EU chief Jean-Claude Juncker has sparked demands for an apology in Belgium after claims he made to local media about observing a decrease in linguistic tolerance in towns on the country's coastline.
The outgoing European Commission president told L'Echo last week that he speaks German in the coastal areas of Belgium — which are majority Flemish (Dutch)-speaking areas — because of an observed declining tolerance toward French speakers.
Recalling a time thirty years earlier, he said: "I was at the bakers, the butchers - I would place my orders in French.
"Today we do not accept it anymore, so I speak German - they accept Germans, plus French speakers."
He added: "Belgium could be the model of successful cohabitation, but unfortunately it is not, which makes me sad."
The 64-year-old was then asked to clarify if he believed this extended to a Europe-wide issue, but he responded that he believed it was "pure Belgian".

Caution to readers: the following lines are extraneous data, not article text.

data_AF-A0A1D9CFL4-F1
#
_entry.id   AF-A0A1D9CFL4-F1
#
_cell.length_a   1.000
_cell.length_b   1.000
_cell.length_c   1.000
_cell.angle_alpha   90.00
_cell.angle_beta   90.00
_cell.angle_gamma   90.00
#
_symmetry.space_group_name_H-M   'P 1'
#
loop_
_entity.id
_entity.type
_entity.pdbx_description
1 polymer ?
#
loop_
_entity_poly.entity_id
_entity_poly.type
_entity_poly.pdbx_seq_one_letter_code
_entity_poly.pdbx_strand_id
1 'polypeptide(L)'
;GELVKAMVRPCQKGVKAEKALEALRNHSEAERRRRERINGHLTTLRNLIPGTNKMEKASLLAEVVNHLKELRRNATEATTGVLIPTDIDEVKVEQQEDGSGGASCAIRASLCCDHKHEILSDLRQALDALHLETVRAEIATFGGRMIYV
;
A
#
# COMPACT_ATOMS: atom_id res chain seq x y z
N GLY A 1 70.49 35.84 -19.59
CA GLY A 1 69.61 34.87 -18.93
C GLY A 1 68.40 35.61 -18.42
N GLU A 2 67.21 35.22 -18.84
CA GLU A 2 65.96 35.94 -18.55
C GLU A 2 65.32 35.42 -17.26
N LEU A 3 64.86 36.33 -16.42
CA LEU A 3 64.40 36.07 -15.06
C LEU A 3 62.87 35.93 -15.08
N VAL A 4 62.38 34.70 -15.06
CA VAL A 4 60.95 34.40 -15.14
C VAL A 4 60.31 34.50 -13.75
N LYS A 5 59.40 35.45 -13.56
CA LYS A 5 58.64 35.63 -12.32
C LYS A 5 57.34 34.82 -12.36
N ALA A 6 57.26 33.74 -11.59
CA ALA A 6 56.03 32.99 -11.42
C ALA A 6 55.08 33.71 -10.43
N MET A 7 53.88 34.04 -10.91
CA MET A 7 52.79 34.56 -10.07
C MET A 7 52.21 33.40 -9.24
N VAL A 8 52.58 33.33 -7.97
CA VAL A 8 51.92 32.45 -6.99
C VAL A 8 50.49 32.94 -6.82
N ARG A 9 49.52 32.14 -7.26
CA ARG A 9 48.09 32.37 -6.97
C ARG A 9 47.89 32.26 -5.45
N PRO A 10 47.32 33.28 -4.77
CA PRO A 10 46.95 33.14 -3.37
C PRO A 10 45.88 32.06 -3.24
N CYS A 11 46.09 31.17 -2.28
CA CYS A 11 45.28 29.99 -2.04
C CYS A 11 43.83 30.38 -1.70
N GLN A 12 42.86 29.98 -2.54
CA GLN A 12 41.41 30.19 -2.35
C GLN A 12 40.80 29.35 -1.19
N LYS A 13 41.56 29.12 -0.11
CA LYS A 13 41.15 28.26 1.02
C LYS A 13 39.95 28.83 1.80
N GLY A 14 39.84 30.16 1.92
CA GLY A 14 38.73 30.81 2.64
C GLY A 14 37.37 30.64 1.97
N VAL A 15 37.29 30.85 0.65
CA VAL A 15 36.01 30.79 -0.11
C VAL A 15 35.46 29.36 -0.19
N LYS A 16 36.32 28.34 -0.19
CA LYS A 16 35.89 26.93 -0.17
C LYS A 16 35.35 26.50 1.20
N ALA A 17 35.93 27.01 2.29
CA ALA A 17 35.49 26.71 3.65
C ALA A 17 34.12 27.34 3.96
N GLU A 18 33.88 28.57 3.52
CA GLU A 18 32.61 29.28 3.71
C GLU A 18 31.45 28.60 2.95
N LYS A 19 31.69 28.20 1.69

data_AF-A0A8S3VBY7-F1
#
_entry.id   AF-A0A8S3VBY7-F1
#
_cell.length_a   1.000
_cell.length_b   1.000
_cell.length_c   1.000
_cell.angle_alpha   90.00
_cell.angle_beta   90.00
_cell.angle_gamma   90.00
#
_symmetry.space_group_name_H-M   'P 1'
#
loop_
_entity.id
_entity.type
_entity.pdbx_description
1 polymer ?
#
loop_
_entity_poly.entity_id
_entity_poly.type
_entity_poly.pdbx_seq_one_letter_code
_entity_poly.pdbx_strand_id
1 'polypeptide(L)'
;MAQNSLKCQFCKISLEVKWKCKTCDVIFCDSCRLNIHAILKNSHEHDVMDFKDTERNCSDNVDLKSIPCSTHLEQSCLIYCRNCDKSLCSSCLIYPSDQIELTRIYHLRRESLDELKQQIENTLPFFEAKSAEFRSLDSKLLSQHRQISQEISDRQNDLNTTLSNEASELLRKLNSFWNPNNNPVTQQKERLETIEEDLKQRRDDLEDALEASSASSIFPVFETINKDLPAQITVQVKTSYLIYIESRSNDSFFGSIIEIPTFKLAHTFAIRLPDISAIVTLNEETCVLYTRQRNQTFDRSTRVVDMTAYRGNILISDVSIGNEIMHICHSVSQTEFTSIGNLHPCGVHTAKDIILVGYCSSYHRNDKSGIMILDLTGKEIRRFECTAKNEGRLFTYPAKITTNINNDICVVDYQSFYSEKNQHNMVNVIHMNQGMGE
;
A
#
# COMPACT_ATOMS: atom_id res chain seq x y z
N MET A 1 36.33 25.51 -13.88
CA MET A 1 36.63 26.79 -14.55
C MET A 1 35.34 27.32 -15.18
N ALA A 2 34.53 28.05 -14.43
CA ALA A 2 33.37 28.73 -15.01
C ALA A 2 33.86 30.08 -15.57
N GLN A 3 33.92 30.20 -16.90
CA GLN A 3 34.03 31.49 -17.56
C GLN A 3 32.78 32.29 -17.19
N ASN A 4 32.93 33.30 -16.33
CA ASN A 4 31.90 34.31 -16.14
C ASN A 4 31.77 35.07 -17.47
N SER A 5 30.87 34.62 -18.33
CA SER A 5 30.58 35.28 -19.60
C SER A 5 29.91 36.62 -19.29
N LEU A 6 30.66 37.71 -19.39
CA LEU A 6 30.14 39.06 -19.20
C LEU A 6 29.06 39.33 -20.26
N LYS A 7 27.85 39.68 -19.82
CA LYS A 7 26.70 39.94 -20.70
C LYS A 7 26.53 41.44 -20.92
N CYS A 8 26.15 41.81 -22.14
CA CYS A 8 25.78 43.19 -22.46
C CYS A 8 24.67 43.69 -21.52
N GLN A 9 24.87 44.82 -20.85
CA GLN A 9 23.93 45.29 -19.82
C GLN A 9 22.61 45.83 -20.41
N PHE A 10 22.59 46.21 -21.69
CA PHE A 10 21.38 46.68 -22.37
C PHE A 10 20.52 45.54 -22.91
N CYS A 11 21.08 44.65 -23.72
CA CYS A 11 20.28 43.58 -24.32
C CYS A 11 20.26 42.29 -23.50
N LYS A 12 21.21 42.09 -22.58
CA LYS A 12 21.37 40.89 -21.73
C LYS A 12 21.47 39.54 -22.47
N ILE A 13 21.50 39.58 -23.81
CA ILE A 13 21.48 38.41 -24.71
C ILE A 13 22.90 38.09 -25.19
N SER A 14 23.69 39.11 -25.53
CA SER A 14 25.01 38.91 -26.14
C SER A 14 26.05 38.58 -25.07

He added that it was a "regional problem" due areas such as Flanders that "thinks of itself and behaves like a nation".
This contributes to Belgium not being proud of itself as an entire country, he continued, adding: "But I am proud of Belgium. Belgium because it is a beautiful country, with talented, ingenious people."
But a number of regional powers in Belgium have since hit back at the comments, demanding an apology from the Luxembourg politician.
Bart Tommelein, the mayor of beach city Ostend, commented on the "strangeness of the world" following the interview.
He added: "Claiming that the coast is not hospitable and that he would be forced to speak German here.
"Everyone is welcome here, regardless of the language they are trying to speak."
Meanwhile, Flemish politician Jean-Marie Dedecker said the comments were "not appropriate" for the EU Commission president to make.
He went on to say he could go to Luxembourg "to order half a kilo of farmer's pie in Dutch", and "see how they react there".
In an email to Euronews, Juncker's spokeswoman Mina Andreeva stood by the Commission president's comments.
She said: "President Juncker simply stated his observations. He values very much Europe's linguistic diversity and encourages everyone to uphold it and contribute to it."